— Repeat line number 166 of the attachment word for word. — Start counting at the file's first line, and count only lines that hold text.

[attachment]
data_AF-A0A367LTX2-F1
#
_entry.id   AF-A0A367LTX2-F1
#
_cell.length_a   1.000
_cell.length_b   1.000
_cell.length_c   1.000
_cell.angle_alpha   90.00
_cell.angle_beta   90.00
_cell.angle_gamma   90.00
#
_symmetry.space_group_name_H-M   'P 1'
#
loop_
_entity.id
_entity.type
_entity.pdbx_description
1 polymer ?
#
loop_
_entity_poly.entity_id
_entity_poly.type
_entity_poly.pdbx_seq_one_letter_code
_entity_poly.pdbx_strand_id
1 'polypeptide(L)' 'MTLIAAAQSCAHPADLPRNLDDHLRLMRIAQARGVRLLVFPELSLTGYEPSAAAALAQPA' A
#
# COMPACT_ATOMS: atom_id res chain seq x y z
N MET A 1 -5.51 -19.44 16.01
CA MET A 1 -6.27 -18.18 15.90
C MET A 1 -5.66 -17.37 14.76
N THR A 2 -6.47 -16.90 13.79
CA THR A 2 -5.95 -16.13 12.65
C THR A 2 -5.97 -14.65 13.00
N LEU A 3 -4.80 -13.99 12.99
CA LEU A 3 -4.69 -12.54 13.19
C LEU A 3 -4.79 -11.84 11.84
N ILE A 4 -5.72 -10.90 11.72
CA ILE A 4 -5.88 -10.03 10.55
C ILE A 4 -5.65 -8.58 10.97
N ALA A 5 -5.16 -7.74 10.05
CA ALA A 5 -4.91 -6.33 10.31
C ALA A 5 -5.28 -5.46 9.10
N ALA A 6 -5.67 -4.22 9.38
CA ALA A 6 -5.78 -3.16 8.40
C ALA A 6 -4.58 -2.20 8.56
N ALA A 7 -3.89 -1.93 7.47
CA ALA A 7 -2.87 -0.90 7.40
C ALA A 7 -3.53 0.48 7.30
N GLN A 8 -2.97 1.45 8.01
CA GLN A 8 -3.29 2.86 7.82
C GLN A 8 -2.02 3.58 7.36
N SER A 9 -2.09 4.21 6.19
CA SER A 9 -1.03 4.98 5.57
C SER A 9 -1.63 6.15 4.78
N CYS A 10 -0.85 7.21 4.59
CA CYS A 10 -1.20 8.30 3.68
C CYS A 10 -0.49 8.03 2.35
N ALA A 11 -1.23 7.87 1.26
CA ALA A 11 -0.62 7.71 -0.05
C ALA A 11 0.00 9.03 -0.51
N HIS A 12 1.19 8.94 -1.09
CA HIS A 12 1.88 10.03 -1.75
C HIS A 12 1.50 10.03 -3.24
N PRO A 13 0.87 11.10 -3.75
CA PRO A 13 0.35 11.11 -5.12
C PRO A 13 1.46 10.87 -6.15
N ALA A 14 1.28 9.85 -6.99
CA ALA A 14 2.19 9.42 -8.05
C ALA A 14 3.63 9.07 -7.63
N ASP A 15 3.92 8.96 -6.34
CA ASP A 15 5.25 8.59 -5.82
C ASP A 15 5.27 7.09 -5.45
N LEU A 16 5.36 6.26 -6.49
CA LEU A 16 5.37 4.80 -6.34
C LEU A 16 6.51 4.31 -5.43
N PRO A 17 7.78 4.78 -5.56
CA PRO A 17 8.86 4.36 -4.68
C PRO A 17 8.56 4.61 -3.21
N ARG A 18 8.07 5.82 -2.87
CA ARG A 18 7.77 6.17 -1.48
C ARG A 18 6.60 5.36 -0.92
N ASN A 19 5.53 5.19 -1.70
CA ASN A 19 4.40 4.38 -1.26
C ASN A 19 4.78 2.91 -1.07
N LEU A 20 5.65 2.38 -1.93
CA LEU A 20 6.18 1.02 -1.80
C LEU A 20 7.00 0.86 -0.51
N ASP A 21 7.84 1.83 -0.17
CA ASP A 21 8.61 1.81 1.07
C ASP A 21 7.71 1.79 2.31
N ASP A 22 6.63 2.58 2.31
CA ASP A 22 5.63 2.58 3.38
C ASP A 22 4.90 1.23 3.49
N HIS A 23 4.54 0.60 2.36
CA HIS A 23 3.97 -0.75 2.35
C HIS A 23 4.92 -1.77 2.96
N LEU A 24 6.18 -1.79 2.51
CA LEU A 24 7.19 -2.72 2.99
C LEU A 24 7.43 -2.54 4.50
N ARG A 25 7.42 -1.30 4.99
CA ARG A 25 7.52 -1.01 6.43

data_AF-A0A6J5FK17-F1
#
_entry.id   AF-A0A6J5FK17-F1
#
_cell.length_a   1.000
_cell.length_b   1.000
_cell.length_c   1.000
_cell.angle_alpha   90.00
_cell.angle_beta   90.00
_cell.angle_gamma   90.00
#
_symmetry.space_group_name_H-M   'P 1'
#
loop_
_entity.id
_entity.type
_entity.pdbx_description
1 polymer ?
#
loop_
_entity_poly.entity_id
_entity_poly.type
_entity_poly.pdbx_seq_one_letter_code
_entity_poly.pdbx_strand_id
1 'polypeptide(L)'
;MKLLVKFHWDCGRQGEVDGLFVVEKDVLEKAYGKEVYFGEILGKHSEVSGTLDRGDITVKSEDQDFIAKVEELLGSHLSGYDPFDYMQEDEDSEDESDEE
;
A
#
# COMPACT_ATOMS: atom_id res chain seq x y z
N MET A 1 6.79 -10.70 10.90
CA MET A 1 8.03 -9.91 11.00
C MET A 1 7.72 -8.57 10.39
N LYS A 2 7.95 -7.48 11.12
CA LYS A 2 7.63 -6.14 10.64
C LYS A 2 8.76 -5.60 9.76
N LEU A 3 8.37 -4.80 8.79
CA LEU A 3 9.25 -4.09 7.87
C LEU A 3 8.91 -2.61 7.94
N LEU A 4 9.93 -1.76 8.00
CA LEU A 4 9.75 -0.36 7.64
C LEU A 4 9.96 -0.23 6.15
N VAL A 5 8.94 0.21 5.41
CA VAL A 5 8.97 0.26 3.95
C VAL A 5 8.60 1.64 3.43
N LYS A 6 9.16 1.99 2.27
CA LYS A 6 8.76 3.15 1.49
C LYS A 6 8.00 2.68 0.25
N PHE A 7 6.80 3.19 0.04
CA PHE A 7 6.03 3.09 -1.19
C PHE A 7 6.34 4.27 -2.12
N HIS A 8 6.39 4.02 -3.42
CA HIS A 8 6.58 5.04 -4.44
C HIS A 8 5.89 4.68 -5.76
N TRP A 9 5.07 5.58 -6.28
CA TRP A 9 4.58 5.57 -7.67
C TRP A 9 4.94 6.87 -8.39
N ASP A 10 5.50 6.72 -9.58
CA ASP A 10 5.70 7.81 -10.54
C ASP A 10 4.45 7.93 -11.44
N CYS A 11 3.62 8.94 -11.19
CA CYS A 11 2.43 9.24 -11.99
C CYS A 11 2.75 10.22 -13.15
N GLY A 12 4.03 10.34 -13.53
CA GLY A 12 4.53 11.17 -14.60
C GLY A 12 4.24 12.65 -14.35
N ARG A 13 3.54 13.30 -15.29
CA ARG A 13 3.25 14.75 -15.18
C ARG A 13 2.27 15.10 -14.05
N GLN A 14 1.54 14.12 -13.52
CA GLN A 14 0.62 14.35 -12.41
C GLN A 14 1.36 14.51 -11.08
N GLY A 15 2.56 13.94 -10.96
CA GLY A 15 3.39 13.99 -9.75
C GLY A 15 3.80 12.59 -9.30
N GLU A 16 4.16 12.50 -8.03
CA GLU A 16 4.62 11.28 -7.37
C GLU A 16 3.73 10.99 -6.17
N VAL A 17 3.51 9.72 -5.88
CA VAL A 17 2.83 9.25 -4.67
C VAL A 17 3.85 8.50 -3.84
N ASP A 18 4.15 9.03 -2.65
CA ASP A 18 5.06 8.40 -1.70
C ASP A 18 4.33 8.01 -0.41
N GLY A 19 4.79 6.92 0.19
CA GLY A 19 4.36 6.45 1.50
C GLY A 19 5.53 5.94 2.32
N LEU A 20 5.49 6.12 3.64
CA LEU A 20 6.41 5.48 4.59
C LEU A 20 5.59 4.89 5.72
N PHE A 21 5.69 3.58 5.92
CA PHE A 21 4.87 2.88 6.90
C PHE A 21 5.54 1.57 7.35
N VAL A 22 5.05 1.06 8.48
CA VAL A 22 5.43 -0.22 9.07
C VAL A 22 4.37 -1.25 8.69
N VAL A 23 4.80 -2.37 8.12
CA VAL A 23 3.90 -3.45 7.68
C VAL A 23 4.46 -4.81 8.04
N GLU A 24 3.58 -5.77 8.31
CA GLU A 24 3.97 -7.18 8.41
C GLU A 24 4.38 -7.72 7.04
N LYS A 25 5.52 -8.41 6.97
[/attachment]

CA GLY A 12 4.53 11.17 -14.60